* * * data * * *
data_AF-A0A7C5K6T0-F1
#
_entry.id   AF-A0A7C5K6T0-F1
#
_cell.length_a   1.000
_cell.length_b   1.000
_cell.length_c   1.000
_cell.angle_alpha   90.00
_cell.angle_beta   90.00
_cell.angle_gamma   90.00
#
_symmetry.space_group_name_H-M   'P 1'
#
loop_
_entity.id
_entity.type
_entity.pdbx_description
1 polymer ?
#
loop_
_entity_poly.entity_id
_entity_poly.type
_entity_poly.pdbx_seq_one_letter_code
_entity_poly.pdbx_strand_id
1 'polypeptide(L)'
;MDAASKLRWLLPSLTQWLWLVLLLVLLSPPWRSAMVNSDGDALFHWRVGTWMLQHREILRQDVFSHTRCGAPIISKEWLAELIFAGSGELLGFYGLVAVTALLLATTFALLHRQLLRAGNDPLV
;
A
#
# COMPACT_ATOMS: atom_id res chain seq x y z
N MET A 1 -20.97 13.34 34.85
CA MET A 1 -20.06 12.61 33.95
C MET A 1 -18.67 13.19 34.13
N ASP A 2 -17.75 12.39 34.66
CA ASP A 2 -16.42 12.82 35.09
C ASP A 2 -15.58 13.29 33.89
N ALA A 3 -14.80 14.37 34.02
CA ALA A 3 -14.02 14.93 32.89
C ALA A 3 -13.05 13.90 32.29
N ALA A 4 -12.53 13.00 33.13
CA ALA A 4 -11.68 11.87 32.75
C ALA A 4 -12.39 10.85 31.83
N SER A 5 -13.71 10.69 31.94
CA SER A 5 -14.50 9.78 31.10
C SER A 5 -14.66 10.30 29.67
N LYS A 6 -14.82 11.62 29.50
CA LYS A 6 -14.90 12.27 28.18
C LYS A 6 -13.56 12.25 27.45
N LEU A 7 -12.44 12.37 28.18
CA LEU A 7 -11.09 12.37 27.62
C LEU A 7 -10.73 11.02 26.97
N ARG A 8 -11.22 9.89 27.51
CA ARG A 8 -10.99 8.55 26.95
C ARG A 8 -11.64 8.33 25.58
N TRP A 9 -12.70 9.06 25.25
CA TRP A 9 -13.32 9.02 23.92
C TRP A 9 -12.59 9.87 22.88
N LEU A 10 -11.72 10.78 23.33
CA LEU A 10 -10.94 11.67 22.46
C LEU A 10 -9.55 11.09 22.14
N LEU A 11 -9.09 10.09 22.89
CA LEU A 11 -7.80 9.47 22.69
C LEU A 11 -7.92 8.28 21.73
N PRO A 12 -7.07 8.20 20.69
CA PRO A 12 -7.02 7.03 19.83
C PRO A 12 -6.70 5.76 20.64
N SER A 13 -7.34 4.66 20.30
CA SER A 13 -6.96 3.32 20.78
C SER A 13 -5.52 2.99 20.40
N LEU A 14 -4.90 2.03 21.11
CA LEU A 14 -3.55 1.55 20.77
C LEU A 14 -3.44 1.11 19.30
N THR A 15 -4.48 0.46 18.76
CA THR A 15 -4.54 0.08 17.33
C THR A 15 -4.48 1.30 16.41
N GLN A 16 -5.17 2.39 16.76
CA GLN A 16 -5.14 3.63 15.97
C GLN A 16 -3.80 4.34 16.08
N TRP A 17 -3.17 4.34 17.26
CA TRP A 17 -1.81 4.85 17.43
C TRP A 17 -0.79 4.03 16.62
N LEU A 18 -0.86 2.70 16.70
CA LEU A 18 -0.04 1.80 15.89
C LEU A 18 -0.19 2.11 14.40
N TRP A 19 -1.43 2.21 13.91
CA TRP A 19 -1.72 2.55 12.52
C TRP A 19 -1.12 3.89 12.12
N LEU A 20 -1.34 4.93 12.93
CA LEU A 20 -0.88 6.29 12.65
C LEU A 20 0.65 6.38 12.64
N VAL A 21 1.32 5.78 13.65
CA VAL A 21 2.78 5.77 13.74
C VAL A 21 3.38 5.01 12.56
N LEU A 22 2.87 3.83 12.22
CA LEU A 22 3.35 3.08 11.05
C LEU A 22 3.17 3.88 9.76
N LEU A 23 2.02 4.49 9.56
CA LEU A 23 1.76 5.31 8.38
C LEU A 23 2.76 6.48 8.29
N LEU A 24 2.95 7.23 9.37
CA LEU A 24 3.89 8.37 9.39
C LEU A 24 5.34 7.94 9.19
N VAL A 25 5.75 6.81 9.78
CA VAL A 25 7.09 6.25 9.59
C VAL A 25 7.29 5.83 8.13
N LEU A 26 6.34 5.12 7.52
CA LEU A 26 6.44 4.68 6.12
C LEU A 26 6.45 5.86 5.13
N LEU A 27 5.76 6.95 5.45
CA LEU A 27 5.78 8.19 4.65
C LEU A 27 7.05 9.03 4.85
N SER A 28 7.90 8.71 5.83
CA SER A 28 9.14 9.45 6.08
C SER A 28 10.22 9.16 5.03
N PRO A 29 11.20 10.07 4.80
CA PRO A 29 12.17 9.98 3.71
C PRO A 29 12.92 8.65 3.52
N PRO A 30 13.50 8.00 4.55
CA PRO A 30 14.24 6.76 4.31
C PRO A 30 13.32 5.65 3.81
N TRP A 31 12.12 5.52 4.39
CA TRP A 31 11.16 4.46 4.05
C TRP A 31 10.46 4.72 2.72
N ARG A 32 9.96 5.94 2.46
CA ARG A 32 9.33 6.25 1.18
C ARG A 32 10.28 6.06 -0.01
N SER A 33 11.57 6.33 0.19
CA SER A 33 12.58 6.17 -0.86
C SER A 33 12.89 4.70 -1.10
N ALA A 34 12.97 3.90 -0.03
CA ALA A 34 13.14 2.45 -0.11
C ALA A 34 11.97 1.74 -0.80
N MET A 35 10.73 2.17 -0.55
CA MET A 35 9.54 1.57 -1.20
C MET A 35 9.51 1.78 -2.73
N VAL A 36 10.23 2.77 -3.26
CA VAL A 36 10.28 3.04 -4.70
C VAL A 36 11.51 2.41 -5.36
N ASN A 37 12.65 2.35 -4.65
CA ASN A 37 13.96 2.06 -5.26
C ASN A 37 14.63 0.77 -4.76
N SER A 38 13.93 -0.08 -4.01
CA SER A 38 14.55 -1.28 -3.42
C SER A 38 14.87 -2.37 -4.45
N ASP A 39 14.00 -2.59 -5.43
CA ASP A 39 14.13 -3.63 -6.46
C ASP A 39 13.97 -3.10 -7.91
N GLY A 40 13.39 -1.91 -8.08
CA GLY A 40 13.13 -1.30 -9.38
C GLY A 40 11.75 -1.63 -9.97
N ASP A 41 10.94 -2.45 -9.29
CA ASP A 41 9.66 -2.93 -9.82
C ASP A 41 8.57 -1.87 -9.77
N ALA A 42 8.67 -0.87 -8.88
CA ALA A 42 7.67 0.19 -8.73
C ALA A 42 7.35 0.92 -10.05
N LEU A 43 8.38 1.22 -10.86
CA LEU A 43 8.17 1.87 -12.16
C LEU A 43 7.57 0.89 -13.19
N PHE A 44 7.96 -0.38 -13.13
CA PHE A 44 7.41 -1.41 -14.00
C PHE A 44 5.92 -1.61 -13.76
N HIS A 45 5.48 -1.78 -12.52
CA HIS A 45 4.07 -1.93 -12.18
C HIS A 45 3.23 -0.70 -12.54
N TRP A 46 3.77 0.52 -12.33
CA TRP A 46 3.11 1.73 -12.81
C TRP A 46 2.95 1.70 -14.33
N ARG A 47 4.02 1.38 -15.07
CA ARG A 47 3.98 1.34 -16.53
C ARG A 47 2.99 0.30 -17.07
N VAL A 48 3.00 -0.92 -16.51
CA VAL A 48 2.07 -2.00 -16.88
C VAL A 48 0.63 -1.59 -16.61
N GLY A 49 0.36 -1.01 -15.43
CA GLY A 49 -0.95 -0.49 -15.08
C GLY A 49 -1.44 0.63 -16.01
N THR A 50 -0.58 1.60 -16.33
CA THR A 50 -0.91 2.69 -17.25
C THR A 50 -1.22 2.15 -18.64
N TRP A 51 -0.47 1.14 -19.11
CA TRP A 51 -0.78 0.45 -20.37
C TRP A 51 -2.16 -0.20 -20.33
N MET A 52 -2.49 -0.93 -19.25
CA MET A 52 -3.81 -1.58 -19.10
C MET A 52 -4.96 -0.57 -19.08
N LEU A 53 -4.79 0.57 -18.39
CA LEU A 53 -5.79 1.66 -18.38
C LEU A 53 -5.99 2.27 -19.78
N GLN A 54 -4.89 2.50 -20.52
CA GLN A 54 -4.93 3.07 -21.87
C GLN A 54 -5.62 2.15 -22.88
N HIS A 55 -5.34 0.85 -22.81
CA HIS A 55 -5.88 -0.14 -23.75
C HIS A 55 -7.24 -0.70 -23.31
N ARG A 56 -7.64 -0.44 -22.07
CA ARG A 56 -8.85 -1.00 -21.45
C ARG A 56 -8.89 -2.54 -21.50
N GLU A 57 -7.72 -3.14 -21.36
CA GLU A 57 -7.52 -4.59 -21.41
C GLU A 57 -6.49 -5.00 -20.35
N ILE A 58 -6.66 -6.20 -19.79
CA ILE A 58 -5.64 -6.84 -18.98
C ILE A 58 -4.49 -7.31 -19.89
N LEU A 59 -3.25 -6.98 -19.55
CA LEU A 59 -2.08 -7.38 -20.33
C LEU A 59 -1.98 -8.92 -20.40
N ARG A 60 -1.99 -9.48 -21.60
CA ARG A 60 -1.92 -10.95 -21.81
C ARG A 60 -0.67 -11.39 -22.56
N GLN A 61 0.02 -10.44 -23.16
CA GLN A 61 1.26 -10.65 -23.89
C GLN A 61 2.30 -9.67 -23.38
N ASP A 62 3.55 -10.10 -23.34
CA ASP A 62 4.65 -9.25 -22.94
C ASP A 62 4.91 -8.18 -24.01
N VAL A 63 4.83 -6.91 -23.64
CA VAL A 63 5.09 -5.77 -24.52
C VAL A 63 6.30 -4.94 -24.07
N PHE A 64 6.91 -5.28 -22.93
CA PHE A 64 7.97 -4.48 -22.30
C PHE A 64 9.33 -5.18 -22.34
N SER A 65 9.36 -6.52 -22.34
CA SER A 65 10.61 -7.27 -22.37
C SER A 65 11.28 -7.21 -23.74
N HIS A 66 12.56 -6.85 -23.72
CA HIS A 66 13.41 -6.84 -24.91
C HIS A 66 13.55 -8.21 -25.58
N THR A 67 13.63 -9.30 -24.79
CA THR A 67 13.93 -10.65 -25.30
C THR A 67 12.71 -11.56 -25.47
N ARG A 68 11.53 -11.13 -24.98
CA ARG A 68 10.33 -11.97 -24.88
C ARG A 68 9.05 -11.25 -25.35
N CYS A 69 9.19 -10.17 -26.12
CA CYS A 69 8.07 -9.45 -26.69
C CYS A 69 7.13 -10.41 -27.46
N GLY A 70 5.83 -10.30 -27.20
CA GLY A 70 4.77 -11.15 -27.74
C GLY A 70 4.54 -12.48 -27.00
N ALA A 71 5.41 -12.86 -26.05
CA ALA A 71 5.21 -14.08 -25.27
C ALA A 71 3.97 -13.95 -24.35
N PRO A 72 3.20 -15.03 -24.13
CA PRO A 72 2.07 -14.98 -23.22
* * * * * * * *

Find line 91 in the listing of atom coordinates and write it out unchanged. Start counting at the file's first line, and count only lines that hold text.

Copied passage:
N VAL A 21 1.32 5.78 13.65